How can you support them? (Or yourself?)
Here’s what support DOES NOT look like:
“Oh, wow, you’re still looking for a job? I thought you would have found something by now.”
“Are you starting to get worried that people will think you’ve been out of work too long/ that you’re stuck at your current employer?”
“You should do (fill in the blank).” No one likes to be told what to do. Even worse, suggest something way below their skill level.
Here’s what support DOES look like:
“You really did some great things for (former employer). Any company would be lucky to get you.”
“Can I help? Let me know if there are types of people you’re looking to meet and I’ll think about whom I might know.”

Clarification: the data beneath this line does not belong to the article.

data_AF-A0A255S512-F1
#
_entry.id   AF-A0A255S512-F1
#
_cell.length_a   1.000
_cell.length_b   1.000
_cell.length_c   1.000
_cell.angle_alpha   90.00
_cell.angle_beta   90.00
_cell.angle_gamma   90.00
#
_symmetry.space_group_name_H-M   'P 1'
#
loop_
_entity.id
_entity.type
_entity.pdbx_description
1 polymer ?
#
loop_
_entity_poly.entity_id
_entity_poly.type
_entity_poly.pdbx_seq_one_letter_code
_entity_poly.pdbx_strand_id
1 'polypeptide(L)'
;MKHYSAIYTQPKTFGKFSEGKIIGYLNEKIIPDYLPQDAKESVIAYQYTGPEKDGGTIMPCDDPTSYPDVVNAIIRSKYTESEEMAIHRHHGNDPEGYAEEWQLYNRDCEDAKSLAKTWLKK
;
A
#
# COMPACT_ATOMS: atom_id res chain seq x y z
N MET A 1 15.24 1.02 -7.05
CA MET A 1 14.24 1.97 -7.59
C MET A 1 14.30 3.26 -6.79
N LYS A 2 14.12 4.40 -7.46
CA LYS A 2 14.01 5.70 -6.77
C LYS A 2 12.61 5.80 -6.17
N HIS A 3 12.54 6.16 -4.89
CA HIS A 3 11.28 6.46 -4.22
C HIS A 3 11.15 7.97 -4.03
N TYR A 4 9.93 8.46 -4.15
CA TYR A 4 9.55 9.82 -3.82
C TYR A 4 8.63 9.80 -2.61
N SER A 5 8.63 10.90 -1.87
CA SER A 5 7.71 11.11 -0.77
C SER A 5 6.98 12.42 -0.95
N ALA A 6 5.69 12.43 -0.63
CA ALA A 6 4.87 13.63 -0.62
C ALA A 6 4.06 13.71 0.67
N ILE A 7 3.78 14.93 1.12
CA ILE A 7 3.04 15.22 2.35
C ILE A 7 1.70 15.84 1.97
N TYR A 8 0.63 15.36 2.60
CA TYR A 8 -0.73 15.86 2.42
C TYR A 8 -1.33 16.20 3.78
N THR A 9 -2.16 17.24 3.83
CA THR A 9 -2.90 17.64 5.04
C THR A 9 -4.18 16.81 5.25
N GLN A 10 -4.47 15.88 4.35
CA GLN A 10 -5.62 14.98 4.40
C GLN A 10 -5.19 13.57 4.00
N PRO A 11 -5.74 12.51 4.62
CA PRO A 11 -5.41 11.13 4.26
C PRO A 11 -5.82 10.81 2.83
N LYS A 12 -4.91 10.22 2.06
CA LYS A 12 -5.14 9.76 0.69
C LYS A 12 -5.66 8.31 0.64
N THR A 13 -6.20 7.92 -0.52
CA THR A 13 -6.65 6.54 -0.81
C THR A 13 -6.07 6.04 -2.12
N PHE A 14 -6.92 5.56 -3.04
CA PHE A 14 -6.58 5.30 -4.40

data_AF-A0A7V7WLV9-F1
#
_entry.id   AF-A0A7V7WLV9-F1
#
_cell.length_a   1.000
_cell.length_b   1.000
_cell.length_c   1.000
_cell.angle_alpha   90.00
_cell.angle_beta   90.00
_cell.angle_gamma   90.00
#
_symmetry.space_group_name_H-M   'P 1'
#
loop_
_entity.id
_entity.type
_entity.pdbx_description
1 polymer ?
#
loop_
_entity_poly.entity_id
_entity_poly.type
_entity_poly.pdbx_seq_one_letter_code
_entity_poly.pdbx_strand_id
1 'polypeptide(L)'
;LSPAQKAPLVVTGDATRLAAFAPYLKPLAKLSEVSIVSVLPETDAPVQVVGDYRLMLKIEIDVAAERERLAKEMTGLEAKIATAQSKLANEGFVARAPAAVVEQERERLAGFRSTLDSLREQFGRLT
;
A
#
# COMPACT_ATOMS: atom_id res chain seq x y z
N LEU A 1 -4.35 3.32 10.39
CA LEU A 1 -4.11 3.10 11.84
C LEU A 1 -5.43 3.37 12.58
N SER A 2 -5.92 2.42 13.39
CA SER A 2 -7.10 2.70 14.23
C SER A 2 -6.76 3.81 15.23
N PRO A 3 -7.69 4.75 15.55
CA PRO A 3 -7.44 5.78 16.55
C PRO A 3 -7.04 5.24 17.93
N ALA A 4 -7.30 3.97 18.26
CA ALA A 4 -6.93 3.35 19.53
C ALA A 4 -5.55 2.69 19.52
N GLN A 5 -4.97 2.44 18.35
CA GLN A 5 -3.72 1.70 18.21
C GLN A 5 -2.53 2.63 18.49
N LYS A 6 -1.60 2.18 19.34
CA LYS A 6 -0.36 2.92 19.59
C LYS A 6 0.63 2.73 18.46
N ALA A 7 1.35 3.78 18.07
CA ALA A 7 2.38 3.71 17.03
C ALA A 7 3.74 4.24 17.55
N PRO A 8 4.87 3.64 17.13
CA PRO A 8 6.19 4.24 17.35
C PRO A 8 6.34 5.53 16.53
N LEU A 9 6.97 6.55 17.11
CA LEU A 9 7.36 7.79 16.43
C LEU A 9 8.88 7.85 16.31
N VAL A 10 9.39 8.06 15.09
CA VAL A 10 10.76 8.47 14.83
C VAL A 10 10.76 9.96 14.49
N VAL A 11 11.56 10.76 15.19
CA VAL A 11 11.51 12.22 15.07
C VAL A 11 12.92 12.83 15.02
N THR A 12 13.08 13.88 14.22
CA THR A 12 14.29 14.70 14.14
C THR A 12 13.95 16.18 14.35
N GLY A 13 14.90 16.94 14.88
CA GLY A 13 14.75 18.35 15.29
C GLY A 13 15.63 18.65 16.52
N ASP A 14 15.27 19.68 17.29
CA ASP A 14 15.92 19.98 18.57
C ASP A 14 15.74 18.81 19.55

“Do you want to meet me for a cup of coffee in a week or two and we can catch up on what you’re looking for?”
If you’re the person in between roles, I know it can get tiring to feel like you have to put on a brave face for people.
So, ask for help!
“You know me well; are there skills you see that I have that you think I could use in a different way?”
“Can I come meet you for a cup of coffee to pick your brain about (specific field or topic)?”
“Will you let me know if you ever run into anyone who (works at x company/is in x field) who may be open to a conversation?”
Say what you’re grateful for
Most of all, people in a full-time job search need a break from constantly thinking about their search. They may also be in a time of their life when confidence is at an all-time low. What about telling them something you’re grateful for about their friendship? Verbally appreciating their gifts and talents may, in fact, be the best gift you can give this year.
My best to you during the holiday season-